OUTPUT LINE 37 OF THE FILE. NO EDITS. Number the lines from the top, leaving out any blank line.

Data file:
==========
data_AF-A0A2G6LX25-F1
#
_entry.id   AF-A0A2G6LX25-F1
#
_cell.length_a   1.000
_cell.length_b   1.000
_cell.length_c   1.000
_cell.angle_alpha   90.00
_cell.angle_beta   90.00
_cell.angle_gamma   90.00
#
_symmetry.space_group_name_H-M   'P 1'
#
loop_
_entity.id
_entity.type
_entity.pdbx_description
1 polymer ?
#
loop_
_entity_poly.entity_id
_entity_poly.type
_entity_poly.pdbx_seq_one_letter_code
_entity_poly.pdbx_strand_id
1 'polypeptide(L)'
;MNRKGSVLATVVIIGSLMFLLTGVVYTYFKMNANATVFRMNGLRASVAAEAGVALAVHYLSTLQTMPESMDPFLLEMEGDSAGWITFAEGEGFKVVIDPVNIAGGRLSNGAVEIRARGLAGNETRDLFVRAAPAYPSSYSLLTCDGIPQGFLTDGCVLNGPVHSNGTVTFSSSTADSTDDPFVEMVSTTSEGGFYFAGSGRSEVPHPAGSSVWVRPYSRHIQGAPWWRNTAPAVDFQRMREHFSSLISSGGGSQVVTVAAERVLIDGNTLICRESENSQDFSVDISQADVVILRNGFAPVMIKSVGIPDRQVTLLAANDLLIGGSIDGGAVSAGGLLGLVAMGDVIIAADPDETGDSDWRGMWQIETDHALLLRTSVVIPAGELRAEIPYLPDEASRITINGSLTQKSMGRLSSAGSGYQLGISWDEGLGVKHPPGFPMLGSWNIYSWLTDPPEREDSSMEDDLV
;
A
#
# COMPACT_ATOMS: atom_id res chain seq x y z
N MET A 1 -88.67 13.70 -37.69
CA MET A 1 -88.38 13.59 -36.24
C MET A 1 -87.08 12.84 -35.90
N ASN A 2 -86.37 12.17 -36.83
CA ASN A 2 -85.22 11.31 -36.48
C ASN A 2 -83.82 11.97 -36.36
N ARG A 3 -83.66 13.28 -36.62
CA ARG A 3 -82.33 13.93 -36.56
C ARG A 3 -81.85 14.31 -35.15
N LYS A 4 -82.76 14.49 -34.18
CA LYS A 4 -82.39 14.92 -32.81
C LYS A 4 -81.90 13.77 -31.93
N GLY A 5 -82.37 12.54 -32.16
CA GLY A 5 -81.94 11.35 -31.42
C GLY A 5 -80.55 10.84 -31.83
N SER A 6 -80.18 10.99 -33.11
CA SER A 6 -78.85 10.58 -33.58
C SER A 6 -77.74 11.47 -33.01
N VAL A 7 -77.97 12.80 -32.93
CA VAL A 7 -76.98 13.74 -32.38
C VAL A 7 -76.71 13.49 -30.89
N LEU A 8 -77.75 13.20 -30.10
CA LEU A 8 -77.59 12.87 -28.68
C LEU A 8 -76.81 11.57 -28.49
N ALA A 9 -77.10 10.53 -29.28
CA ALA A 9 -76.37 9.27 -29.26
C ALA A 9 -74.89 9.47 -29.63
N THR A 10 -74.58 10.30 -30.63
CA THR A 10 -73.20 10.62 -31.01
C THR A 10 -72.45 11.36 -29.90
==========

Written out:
N ARG A 3 -83.66 13.28 -36.62